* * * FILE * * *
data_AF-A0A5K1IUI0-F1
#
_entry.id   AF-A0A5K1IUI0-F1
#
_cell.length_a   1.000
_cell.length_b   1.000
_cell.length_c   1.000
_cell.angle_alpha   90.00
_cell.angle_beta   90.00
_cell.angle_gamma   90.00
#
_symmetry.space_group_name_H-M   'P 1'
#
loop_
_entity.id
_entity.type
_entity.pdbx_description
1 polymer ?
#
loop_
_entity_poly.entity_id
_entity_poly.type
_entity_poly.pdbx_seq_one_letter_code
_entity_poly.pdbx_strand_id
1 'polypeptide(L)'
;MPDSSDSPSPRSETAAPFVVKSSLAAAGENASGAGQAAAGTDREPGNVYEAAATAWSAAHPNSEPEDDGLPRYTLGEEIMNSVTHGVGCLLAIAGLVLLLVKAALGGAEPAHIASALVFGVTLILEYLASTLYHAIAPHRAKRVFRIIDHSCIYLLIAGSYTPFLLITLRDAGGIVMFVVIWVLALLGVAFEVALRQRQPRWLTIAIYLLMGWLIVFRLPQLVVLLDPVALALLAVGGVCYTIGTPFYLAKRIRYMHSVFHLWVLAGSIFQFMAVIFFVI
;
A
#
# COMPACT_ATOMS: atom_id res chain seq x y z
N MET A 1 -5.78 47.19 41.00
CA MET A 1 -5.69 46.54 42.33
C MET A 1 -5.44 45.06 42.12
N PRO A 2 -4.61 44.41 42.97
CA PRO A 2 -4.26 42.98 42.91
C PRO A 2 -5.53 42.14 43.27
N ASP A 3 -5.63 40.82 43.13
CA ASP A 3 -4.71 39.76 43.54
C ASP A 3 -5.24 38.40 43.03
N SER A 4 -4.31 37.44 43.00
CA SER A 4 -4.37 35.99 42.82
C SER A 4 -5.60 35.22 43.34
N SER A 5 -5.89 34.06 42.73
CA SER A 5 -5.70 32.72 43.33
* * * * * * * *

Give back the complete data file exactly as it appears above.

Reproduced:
data_AF-A0A5K1IUI0-F1
#
_entry.id   AF-A0A5K1IUI0-F1
#
_cell.length_a   1.000
_cell.length_b   1.000
_cell.length_c   1.000
_cell.angle_alpha   90.00
_cell.angle_beta   90.00
_cell.angle_gamma   90.00
#
_symmetry.space_group_name_H-M   'P 1'
#
loop_
_entity.id
_entity.type
_entity.pdbx_description
1 polymer ?
#
loop_
_entity_poly.entity_id
_entity_poly.type
_entity_poly.pdbx_seq_one_letter_code
_entity_poly.pdbx_strand_id
1 'polypeptide(L)'
;MPDSSDSPSPRSETAAPFVVKSSLAAAGENASGAGQAAAGTDREPGNVYEAAATAWSAAHPNSEPEDDGLPRYTLGEEIMNSVTHGVGCLLAIAGLVLLLVKAALGGAEPAHIASALVFGVTLILEYLASTLYHAIAPHRAKRVFRIIDHSCIYLLIAGSYTPFLLITLRDAGGIVMFVVIWVLALLGVAFEVALRQRQPRWLTIAIYLLMGWLIVFRLPQLVVLLDPVALALLAVGGVCYTIGTPFYLAKRIRYMHSVFHLWVLAGSIFQFMAVIFFVI
;
A
#
# COMPACT_ATOMS: atom_id res chain seq x y z
N MET A 1 -5.78 47.19 41.00
CA MET A 1 -5.69 46.54 42.33
C MET A 1 -5.44 45.06 42.12
N PRO A 2 -4.61 44.41 42.97
CA PRO A 2 -4.26 42.98 42.91
C PRO A 2 -5.53 42.14 43.27
N ASP A 3 -5.63 40.82 43.13
CA ASP A 3 -4.71 39.76 43.54
C ASP A 3 -5.24 38.40 43.03
N SER A 4 -4.31 37.44 43.00
CA SER A 4 -4.37 35.99 42.82
C SER A 4 -5.60 35.22 43.34
N SER A 5 -5.89 34.06 42.73
CA SER A 5 -5.70 32.72 43.33